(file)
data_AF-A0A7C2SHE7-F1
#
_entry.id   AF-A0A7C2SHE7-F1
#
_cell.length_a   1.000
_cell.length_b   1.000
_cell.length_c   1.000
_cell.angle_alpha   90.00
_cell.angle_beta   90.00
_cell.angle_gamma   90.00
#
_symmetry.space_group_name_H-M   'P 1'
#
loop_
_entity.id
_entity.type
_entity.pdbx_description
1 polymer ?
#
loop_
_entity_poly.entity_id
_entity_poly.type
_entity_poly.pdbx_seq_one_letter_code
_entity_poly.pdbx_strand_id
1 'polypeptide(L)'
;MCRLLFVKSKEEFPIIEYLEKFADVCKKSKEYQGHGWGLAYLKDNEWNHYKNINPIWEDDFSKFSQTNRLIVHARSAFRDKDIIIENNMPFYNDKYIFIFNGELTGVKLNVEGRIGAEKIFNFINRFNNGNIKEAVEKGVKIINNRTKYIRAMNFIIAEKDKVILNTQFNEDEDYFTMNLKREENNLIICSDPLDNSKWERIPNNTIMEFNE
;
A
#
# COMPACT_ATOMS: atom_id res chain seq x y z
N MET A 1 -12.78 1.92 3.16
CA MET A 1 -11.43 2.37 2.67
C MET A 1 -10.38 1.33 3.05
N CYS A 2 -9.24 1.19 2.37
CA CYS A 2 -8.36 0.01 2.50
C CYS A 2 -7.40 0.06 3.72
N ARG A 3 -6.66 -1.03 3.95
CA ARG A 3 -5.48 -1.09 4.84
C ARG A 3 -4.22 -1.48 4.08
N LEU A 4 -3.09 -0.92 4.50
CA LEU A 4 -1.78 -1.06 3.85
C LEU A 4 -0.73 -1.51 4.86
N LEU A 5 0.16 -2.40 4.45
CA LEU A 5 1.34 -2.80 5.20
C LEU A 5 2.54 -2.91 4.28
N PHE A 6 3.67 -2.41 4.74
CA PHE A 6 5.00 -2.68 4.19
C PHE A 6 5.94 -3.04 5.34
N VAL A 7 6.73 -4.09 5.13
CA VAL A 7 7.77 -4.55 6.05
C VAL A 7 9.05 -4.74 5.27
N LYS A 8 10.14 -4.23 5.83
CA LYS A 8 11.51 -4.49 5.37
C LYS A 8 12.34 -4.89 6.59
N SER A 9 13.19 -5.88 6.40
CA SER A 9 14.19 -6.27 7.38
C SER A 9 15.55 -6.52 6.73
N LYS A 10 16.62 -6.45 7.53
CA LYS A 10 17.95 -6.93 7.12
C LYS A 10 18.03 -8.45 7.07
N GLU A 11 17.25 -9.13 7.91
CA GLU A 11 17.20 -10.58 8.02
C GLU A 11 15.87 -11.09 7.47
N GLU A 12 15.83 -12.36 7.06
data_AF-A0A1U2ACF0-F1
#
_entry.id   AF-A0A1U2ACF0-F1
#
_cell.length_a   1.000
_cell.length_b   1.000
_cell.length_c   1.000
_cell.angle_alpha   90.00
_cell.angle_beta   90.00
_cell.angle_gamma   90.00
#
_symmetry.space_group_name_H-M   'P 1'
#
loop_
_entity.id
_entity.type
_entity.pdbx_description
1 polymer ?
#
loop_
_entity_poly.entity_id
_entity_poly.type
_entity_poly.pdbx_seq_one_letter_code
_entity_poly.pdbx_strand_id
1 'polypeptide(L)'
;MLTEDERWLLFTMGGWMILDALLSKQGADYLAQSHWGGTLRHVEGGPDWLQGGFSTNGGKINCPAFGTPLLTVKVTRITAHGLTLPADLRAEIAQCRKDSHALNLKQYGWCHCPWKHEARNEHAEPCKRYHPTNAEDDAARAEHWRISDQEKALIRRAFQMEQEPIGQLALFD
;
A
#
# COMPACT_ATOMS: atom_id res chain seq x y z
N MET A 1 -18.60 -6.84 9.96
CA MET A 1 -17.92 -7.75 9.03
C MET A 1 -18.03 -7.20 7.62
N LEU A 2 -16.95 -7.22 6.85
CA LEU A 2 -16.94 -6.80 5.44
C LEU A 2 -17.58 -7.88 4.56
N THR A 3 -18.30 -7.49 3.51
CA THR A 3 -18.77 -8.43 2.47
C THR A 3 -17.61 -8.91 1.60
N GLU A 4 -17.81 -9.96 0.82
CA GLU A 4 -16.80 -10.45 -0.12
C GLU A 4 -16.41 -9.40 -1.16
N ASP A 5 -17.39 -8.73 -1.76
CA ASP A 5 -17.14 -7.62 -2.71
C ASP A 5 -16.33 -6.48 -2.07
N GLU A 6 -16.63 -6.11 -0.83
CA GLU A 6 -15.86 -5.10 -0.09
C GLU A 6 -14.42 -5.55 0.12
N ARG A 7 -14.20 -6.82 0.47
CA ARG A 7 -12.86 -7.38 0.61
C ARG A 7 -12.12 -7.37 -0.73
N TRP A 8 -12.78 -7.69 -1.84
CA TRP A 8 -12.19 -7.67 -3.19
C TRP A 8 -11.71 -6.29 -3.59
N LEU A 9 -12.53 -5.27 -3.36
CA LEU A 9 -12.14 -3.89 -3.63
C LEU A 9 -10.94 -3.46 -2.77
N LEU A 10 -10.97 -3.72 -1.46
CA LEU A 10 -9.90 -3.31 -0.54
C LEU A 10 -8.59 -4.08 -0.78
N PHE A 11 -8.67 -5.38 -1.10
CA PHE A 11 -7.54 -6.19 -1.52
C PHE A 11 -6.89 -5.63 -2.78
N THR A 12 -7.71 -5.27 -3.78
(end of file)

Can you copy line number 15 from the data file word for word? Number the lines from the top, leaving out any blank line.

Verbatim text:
_entity.id